Copyright (C) 2014 PR Newswire. All rights reserved


     
  2. sszyszkiewicz

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    40 candidates! That sounds just terrific.
     
  3. Ellen

    Ellen Senior Member

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    I just watched this video. Did they only trial this in STZ mice, and no other rodent model? I guess since they are using immunosuppression, they don't care as much about having a spontaneously autoimmune model?

    https://www.youtube.com/watch?v=M2Z3c4D6jRQ
     
  4. rgcainmd

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    I contacted ViaCyte to inquire about the possibility of enrolling my daughter in their clinical trial for the Encaptra device. They are only considering candidates between the ages of 18 and 55 at this time.
     
  5. mmgirls

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    I thought that this was a "without immune suppression", confused???
     
  6. sszyszkiewicz

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  7. mmgirls

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    that is pretty much what I say years ago at a JDRF conference when I learned of this company.

    I am so very hopeful for this to go thru trials, it is so very different and I might jump at it because it can be removed from the body.
     
  8. Don

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    I have grown skeptical of results from mice studies but the concept sure seems transferable to humans. The Encaptra device just needs to block the human killer Tcells. Interesting that normal mice bg is 160-200, no correction needed, lol.
     
  9. Ellen

    Ellen Senior Member

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    I'm probably confused. If there is no immunosuppression, this is even more confusing because if they only trialed it in a mouse that is not spontaneously autoimmune, it's an even more huge step to go from STZ mice to humans. JMO.
     
  10. Don

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    I suppose the trial was about proving that encapsulated immature human beta cells can thrive & mature and start producing insulin and maintain healthy bg levels. I guess Viacyte is already confident that their semi-permeable membrane will not allow killer Tcells to pass through. Maybe Tcells are bigger or the wrong shape to pass through ???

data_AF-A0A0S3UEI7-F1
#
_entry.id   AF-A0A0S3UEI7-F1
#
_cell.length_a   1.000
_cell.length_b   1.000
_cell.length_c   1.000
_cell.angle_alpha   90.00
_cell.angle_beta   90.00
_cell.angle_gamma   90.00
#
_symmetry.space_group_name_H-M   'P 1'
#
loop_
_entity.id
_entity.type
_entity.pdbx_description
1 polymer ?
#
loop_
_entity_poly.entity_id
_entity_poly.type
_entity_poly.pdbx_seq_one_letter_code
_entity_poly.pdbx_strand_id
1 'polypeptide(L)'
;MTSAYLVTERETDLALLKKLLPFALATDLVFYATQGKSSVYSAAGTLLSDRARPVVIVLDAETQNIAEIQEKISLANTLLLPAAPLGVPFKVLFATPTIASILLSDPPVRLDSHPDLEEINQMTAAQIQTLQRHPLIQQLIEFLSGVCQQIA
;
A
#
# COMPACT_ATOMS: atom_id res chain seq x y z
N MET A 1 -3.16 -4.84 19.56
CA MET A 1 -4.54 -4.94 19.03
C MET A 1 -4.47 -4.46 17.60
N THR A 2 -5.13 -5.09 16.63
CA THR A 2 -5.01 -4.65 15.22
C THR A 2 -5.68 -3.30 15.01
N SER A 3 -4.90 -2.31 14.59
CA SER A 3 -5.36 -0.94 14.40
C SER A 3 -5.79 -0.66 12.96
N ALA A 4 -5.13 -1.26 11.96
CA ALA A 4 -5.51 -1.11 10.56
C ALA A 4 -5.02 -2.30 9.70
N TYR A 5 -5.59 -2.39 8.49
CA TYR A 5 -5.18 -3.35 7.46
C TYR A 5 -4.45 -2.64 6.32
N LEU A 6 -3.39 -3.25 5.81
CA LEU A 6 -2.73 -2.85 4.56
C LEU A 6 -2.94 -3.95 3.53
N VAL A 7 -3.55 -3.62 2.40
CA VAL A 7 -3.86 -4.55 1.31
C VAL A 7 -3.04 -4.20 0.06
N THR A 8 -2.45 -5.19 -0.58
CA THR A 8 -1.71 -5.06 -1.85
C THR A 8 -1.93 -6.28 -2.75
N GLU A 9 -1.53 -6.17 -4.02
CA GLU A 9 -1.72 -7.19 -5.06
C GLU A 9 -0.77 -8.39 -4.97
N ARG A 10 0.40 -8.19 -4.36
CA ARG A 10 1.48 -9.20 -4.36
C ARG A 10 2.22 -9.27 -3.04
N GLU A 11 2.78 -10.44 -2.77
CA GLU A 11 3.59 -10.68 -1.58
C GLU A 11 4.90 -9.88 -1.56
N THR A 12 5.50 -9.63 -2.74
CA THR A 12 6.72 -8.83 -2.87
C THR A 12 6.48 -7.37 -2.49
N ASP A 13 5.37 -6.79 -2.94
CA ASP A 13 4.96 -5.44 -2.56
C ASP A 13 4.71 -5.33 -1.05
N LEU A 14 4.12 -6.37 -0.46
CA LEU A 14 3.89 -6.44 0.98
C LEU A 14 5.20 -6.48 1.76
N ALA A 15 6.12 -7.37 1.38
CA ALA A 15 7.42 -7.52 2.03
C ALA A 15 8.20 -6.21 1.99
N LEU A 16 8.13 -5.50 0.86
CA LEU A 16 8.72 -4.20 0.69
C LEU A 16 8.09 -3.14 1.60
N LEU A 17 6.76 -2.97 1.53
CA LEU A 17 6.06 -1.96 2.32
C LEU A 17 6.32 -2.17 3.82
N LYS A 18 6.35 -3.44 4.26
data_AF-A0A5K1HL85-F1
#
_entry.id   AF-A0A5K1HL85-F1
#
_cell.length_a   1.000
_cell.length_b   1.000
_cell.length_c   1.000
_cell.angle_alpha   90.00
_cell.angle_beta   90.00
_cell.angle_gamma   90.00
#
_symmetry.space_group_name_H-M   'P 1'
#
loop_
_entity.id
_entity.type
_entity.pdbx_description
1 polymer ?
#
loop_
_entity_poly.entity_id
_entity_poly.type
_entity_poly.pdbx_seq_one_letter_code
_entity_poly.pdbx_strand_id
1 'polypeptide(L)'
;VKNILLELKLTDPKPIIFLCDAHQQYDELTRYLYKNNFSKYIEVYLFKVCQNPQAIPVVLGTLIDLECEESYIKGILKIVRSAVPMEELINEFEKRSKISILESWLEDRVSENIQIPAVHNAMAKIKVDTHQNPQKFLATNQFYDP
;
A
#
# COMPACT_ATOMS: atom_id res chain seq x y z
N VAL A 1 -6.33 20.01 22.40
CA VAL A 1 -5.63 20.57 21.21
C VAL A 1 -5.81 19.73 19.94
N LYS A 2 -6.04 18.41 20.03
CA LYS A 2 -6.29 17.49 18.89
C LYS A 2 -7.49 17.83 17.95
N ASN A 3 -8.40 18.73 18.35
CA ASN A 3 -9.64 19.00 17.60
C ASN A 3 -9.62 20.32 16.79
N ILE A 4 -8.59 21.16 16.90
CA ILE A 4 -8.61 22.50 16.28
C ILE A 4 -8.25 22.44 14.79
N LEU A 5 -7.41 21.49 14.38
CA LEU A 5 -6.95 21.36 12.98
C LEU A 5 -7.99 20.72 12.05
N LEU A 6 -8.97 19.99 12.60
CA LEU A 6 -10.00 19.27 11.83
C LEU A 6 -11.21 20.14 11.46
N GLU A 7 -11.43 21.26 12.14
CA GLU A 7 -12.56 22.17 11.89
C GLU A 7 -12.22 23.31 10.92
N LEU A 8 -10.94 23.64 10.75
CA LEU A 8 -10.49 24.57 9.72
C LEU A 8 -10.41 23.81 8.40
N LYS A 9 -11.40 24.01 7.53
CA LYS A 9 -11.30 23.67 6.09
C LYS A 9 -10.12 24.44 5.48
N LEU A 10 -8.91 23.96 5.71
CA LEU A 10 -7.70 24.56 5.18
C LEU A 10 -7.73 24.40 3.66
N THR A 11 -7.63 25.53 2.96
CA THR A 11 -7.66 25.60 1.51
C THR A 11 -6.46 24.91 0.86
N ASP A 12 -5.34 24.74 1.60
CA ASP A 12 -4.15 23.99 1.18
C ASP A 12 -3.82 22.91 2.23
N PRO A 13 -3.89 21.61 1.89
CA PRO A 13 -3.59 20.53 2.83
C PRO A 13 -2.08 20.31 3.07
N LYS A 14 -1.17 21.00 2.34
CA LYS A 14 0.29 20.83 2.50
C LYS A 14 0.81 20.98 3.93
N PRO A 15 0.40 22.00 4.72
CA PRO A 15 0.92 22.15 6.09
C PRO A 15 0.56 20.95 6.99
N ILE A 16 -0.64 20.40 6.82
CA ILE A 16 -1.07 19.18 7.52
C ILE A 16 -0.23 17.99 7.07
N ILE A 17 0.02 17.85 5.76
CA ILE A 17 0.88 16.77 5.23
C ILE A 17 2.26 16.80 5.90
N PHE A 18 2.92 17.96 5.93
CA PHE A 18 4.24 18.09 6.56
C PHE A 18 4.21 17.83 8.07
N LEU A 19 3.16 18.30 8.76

11. Ellen

    Ellen Senior Member

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    But why test on STZ mice instead of NOD mice?
     
  12. Parody

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  13. Don

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    Tx for this well-composed writeup. So the device may work for up to 2 yrs. Fingers-crossed.
     
  14. joshualevy

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    I'm not saying it's a good reason, but STZ mice are much cheaper and easier to work with than NOD mice.
    STZ you just buy mice "in bulk" and inject them with a beta cell toxin when you want to work with them.
    NOD mice are specially bred mice (so more expensive) and they get autoimmune diabetes, but you don't know exactly when they will come down with it, and not all do. So you need to buy more than you need, and planning the timing of the study is more complex.

    From my point of view, I would say two things:
    First, if you are testing a device or a type-1 treatment, then STZ is a pretty good way to go. Because treatments only care if you have the disease or not (and not how you got it), and devices don't really interact with the immune system at all. Now encapsulated beta cells are like a device, but they might have immune system interactions. So NOD probably is better than STZ, but how much better? Second, and maybe more important: Once you start human trials, the results from your mice trial become much less important. So one way to look at this is that the STZ mice were good enough to get them to human trials, and that's all that matters. So even if NOD is better than STZ when they were doing mice work, now they're doing human work, so it's all in the past.

    Joshua Levy
     
  15. sszyszkiewicz

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    There are going to be 40 human beings walking around with this device soon. 40 is a decent number. Sounds like a big bet! I have been searching on clinicaltrials.gov for viacyte, but have not found anything regarding the details of the study. Does anyone know anything past the announcement?
     
  16. Parody

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  17. joshualevy

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    I still have not found a ClinialTrials.gov record for this trial. I've searched for "ViaCyte" and also for "VC-01". Does anyone have the NCT number?

    Joshua Levy
     
  18. Don

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    I guess Viacyte is still gearing up (and securing more funding). I have checked clinicaltrials.gov several times, too. Given the potential bg volatility if undergo this experimental device, it seems best to have CGM on board. Off topic but it is interesting how the San Diego area is a magnet area with Viacyte, Dexcom, and Tandem.
     
  19. Parody

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  20. Don